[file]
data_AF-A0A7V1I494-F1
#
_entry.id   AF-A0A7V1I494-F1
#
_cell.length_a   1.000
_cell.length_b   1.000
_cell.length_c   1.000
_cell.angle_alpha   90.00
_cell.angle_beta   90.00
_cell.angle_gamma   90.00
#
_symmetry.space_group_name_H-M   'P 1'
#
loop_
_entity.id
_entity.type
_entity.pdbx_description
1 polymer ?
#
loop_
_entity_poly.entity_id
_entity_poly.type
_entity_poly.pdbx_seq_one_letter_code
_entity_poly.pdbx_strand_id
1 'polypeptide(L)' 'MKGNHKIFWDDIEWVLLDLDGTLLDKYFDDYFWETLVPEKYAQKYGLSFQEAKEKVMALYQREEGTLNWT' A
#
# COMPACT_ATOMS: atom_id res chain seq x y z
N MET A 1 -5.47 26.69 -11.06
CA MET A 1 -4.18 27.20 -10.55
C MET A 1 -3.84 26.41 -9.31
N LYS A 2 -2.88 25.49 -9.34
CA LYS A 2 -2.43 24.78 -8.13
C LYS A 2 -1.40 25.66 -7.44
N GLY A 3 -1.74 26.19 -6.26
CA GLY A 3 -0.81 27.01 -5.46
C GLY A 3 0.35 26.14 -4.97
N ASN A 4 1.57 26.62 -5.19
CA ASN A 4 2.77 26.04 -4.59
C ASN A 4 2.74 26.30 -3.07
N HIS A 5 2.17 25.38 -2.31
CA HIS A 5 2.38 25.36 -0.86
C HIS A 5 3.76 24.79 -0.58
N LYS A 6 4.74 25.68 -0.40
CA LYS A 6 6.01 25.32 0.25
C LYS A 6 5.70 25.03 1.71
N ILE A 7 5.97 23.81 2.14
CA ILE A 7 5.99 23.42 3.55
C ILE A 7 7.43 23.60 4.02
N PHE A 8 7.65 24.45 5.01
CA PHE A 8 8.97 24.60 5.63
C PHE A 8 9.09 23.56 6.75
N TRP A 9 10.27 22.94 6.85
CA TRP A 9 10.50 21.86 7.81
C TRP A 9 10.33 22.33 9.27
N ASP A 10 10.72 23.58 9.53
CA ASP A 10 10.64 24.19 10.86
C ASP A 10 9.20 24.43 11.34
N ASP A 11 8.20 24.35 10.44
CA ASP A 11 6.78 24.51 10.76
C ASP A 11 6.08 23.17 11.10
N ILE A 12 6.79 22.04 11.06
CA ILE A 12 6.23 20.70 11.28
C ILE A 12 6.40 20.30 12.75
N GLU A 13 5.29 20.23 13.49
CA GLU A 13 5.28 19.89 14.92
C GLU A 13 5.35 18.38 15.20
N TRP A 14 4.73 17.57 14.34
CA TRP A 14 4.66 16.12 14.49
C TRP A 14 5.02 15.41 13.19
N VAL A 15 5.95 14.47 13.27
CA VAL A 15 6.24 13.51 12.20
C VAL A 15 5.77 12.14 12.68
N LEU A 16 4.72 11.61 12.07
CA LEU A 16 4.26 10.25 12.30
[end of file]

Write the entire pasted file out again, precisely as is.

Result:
data_AF-A0A7V1I494-F1
#
_entry.id   AF-A0A7V1I494-F1
#
_cell.length_a   1.000
_cell.length_b   1.000
_cell.length_c   1.000
_cell.angle_alpha   90.00
_cell.angle_beta   90.00
_cell.angle_gamma   90.00
#
_symmetry.space_group_name_H-M   'P 1'
#
loop_
_entity.id
_entity.type
_entity.pdbx_description
1 polymer ?
#
loop_
_entity_poly.entity_id
_entity_poly.type
_entity_poly.pdbx_seq_one_letter_code
_entity_poly.pdbx_strand_id
1 'polypeptide(L)' 'MKGNHKIFWDDIEWVLLDLDGTLLDKYFDDYFWETLVPEKYAQKYGLSFQEAKEKVMALYQREEGTLNWT' A
#
# COMPACT_ATOMS: atom_id res chain seq x y z
N MET A 1 -5.47 26.69 -11.06
CA MET A 1 -4.18 27.20 -10.55
C MET A 1 -3.84 26.41 -9.31
N LYS A 2 -2.88 25.49 -9.34
CA LYS A 2 -2.43 24.78 -8.13
C LYS A 2 -1.40 25.66 -7.44
N GLY A 3 -1.74 26.19 -6.26
CA GLY A 3 -0.81 27.01 -5.46
C GLY A 3 0.35 26.14 -4.97
N ASN A 4 1.57 26.62 -5.19
CA ASN A 4 2.77 26.04 -4.59
C ASN A 4 2.74 26.30 -3.07
N HIS A 5 2.17 25.38 -2.31
CA HIS A 5 2.38 25.36 -0.86
C HIS A 5 3.76 24.79 -0.58
N LYS A 6 4.74 25.68 -0.40
CA LYS A 6 6.01 25.32 0.25
C LYS A 6 5.70 25.03 1.71
N ILE A 7 5.97 23.81 2.14
CA ILE A 7 5.99 23.42 3.55
C ILE A 7 7.43 23.60 4.02
N PHE A 8 7.65 24.45 5.01
CA PHE A 8 8.97 24.60 5.63
C PHE A 8 9.09 23.56 6.75
N TRP A 9 10.27 22.94 6.85
CA TRP A 9 10.50 21.86 7.81
C TRP A 9 10.33 22.33 9.27
N ASP A 10 10.72 23.58 9.53
CA ASP A 10 10.64 24.19 10.86
C ASP A 10 9.20 24.43 11.34
N ASP A 11 8.20 24.35 10.44
CA ASP A 11 6.78 24.51 10.76
C ASP A 11 6.08 23.17 11.10
N ILE A 12 6.79 22.04 11.06
CA ILE A 12 6.23 20.70 11.28
C ILE A 12 6.40 20.30 12.75
N GLU A 13 5.29 20.23 13.49
CA GLU A 13 5.28 19.89 14.92
C GLU A 13 5.35 18.38 15.20
N TRP A 14 4.73 17.57 14.34
CA TRP A 14 4.66 16.12 14.49
C TRP A 14 5.02 15.41 13.19
N VAL A 15 5.95 14.47 13.27
CA VAL A 15 6.24 13.51 12.20
C VAL A 15 5.77 12.14 12.68
N LEU A 16 4.72 11.61 12.07
CA LEU A 16 4.26 10.25 12.30